But in all cases there is a progression where the anxiety gets higher and higher until the meltdown occurs. It may not always be obvious on the outside, and sometimes the rise in anxiety is fairly rapid (especially at a young age before you learn to control your emotions properly), but I have never gone directly from fine to meltdown without the intermediate steps. The 'trick' to dealing with meltdowns is to recognize the increasing anxiety and take steps to deal with it before it gets high enough to cause a problem. And there are several ways to do this:

For starters, try to keep your child's stresses as low as possible. The less stressed your child is, the less likely they are to get overwhelmed, and have problems. For example, if my mother didn't have such a short temper and was more patient with me, a lot of the problems I had could have been avoided. Try to keep your household as peaceful as possible. That may mean overlooking some of the small stuff. For example, your child has clothes on the floor. This isn't exactly a life threatening situation that you need to address and harass anybody about. You can talk to your child about it, maybe give him a reward for a clean room, but dont yell at him and threaten him with violence if his room isnt spotless. Likewise, try not to require any unnecessary responsibility or actions from your child unless it is reasonable. The more responsibilities and requirements you put on your child, the more stressed out they will be. I am not saying that you become a push over and let your child do whatever they want, but I am saying that creating unnecessary drama doesn't help anybody.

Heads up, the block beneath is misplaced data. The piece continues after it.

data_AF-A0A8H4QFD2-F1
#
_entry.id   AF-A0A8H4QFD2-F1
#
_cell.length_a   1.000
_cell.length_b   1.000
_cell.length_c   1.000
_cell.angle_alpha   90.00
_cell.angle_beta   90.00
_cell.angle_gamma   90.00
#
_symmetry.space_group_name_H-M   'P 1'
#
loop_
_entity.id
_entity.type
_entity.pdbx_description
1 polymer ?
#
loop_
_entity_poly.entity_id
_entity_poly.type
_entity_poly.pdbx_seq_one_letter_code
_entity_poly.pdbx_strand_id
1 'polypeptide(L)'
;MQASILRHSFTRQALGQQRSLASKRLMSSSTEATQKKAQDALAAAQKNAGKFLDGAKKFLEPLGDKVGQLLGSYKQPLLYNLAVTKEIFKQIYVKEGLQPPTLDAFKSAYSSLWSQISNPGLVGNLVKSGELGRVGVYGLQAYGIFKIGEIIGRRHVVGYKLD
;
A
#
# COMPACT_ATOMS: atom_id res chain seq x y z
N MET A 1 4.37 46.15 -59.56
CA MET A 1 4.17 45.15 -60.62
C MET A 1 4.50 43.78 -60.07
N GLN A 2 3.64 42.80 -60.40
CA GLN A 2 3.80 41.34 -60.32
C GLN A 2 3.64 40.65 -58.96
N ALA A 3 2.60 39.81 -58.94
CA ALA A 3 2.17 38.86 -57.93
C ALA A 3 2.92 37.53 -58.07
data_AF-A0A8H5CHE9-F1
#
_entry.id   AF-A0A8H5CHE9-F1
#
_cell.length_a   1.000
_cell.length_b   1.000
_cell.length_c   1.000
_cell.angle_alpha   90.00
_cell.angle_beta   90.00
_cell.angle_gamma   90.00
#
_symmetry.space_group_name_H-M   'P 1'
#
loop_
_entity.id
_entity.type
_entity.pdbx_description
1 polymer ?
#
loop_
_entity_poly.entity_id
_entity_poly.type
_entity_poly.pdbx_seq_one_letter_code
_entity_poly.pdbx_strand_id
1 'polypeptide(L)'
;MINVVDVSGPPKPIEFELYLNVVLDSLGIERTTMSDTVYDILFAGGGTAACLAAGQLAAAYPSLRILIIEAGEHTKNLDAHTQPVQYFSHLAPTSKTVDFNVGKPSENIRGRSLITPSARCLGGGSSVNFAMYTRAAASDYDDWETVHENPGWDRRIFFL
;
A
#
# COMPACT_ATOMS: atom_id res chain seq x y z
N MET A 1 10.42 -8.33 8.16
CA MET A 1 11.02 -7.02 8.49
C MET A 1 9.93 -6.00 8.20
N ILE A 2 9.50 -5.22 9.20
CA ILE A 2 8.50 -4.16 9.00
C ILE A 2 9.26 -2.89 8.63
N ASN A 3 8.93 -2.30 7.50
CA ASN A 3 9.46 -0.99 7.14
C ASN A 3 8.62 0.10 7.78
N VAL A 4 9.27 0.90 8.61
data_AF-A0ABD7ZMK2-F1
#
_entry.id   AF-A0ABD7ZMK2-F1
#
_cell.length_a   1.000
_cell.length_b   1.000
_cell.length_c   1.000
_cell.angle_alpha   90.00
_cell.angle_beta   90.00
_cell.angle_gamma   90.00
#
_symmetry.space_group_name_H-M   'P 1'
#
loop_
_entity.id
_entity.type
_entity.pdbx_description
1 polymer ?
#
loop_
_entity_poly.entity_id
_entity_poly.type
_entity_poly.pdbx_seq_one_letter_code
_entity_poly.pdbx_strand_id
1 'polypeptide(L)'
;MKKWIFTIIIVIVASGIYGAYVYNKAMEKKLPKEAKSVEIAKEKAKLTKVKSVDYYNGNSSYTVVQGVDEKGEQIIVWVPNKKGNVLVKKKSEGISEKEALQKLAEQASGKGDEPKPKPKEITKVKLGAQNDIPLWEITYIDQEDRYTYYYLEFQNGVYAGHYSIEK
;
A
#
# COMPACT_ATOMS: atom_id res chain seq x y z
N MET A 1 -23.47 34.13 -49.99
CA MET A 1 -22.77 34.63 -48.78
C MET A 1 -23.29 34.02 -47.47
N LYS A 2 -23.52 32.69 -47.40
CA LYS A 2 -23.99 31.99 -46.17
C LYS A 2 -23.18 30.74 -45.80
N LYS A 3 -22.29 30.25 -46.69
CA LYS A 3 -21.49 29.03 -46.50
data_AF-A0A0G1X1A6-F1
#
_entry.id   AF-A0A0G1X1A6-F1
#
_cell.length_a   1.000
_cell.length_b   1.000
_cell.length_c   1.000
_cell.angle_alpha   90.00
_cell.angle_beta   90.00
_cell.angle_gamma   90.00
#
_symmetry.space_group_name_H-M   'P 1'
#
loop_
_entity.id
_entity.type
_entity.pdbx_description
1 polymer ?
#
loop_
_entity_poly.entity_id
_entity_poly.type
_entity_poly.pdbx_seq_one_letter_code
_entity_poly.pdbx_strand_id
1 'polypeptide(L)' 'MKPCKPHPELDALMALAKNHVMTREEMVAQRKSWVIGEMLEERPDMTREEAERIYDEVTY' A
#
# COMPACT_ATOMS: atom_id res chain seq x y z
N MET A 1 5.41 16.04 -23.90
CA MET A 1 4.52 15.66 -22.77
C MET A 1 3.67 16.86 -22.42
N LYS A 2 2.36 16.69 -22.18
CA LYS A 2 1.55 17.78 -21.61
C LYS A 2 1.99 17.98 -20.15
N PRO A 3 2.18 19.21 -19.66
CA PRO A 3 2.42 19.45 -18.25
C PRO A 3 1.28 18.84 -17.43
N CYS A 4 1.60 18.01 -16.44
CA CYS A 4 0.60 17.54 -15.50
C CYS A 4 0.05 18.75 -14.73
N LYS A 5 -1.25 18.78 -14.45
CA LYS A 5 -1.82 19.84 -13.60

Simply spending time in a world with a chaotic environment, dealing with other people, having demands put on you (basically just living life) can cause an increase in anxiety. So while your son may leave the house fine and dandy (I.E. 1 on the list) he may come back from school stressed out and a bit overloaded (I.E. a 3 or 4 on the list). At this point he is fairly easy to set off because he is already fairly anxious and overloaded. By allowing him time to relax, unwind, and calm himself, you can get him back down to the point where he isn’t going off and having a tantrum about random and unimportant things.

Perhaps one of the best ways to have your child relax is to just allow him to be himself. For example, your child may want to rock back and forth, pace around, and act, well, autistic. I know that for some parents this is a bit disconcerting to watch their child act so strangely, and they can sometimes try to get the child to act more 'normal'. This most often times back fires. Your child is autistic, and when you prevent him from acting in his own way your not letting him relax and be himself. So, do try to be understanding and don’t think poorly of him if he acts strangely.